“Hide and Scare” went on for an hour yesterday. I got my steps in going up and down the stairway. Each hiding moment was culminated with “the scare”, jumping out of the closet with a scary yell that sent the searchers squealing and then laughing back to the main level restroom where the whole sequence would begin again. Granddad is expected to give a monster-like cry at the least likely moment. 

It’s something that they will remember, and years from now they will think back to those moments and have a moment of inner giggling. 

You see, we have a habit of not remembering, and it’s the remembrances that get lost in the busyness of life that bring a sweetness to it. Sometimes our approach in the present has a soured feel to it, blind to the blessings in our past. Perhaps we need someone to request that we “give them some sugar”, or, better yet, we need the sweet memory of a granddad standing in a closet waiting for the anxious moment of giggling grandkids to discover his hiding place.

The Guidance and Misguidance of Coaches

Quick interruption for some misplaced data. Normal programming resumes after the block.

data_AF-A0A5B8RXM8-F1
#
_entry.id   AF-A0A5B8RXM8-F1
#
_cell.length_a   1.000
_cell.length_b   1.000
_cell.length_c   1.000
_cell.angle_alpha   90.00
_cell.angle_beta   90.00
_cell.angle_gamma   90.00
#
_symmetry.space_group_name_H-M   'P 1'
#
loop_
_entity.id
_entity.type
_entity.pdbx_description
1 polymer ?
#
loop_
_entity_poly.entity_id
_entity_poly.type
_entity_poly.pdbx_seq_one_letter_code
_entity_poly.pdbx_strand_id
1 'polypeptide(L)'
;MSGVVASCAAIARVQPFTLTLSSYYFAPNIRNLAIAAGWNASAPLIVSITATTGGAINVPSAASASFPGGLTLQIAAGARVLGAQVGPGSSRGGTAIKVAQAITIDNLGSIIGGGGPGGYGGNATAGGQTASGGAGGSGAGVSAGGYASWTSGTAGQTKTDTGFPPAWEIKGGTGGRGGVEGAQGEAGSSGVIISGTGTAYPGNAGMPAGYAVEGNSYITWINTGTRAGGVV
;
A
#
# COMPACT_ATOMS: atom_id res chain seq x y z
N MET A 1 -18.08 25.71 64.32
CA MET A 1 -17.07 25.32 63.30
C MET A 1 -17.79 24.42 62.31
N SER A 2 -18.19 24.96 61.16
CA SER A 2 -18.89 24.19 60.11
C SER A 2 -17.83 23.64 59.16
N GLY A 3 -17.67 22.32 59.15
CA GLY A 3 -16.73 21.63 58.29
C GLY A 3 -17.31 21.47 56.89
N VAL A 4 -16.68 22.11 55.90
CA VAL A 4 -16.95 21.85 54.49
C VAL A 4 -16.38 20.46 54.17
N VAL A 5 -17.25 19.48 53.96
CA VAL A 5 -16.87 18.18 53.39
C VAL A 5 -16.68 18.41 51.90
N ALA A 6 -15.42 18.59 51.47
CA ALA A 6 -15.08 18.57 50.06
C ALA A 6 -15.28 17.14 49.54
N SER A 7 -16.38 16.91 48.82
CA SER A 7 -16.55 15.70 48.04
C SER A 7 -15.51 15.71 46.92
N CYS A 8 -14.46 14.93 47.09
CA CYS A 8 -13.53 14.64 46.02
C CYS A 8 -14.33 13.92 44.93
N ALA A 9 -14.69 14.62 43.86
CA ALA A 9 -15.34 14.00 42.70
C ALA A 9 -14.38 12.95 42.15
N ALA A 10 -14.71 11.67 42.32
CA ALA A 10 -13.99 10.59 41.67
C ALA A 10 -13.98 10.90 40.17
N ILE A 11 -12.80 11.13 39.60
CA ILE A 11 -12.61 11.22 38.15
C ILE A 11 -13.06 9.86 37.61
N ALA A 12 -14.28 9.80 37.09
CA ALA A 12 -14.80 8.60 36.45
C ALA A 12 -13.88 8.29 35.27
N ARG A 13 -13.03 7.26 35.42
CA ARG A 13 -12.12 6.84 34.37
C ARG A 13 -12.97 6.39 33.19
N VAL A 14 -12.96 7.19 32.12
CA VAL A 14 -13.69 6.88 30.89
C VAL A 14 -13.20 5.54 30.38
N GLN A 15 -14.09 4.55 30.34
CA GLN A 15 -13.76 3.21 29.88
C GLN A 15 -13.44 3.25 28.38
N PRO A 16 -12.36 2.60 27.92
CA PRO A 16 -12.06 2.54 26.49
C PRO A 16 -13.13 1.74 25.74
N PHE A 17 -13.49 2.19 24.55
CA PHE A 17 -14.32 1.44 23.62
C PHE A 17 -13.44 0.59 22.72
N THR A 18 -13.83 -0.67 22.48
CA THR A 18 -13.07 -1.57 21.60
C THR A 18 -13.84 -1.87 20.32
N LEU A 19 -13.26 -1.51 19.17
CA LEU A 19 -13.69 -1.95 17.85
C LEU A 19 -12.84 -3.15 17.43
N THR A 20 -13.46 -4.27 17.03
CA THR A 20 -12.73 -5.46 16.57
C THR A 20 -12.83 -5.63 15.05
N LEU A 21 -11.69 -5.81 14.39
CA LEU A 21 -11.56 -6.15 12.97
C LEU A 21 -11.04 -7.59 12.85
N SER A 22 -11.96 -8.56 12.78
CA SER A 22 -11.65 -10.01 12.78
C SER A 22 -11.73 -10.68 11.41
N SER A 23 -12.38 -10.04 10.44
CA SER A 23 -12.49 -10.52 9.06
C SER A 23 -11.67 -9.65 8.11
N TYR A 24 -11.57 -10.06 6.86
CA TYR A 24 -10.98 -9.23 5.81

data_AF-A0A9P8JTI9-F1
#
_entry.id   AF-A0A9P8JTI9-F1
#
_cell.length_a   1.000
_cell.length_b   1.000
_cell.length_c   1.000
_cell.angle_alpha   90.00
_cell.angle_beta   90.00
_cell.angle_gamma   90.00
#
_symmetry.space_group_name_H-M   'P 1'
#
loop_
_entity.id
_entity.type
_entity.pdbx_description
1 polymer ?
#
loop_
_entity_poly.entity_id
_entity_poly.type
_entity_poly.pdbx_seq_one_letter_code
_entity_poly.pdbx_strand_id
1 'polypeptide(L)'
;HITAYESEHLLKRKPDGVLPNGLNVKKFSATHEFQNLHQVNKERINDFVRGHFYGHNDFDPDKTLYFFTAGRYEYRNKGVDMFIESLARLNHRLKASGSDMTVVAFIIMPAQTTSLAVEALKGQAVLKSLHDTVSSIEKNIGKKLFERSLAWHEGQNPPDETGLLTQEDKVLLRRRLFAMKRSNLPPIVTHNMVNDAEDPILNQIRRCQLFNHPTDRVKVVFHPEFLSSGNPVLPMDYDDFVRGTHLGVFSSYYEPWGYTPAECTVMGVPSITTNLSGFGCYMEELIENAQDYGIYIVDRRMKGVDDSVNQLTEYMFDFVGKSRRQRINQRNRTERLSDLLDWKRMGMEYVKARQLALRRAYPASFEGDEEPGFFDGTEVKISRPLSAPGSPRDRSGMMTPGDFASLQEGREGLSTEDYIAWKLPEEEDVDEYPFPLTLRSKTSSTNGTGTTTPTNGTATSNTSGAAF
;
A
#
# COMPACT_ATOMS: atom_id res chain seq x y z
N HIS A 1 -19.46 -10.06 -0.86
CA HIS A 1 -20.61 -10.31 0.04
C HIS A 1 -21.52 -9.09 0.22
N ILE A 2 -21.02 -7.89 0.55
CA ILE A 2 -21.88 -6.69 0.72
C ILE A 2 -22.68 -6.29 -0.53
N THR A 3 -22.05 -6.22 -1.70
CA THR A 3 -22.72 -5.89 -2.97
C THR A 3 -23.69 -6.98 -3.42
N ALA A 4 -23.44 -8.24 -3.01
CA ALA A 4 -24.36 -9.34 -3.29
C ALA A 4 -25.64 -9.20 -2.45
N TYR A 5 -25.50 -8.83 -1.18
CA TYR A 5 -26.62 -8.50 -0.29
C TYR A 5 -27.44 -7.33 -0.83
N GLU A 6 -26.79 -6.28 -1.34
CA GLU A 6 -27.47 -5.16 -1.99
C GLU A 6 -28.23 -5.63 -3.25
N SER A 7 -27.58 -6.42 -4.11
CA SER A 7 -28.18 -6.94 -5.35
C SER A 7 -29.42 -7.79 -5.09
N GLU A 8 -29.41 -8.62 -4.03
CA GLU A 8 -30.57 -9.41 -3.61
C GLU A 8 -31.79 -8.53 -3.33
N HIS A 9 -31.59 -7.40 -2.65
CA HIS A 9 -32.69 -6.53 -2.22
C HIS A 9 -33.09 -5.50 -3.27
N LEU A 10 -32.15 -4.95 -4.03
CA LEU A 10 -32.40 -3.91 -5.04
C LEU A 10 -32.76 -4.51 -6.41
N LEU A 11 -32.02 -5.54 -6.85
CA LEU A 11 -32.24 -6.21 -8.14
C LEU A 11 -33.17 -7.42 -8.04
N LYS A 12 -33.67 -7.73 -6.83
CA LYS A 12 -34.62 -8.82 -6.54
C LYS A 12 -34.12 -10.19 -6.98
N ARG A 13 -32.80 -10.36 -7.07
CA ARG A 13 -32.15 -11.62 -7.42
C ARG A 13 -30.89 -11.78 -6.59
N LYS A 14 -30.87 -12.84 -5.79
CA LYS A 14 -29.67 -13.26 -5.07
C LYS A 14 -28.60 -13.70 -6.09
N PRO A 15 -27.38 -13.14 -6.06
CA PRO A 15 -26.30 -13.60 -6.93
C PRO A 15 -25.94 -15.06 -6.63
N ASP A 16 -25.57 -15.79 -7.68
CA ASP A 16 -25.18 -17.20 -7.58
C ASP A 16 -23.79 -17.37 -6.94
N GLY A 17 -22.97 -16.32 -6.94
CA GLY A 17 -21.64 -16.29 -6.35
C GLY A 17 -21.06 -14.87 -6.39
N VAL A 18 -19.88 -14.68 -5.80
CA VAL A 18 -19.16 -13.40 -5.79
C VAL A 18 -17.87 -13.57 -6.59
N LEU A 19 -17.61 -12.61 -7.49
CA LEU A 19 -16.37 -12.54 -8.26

September 15, 2019

WORDS FROM W.W.                                                               September 15, 2019

                            

I think the first team I ever coached was the Arlington Heights, Illinois First Presbyterian Church boy’s basketball team that played in the community church league. We were mediocre at best, and probably the last basketball team experience for most of the players. But they had fun lacing up their sneakers and trying their hardest.

That was in 1979. Forty years later I’m still coaching. This year will see me coach cross-country, boy’s and girl’s basketball, and track at Timberview Middle School in Colorado Springs. It will be the first year in the last eleven that I won’t be on a high school bench for the basketball season, but the middle school teams will suit me just fine.

What I’ve learned over the years is that a coach can guide, motivate, counsel, and influence for a lifetime. The words we say and the message that our lives speak lead our athletes towards not only success, but also to what are the most important things in life.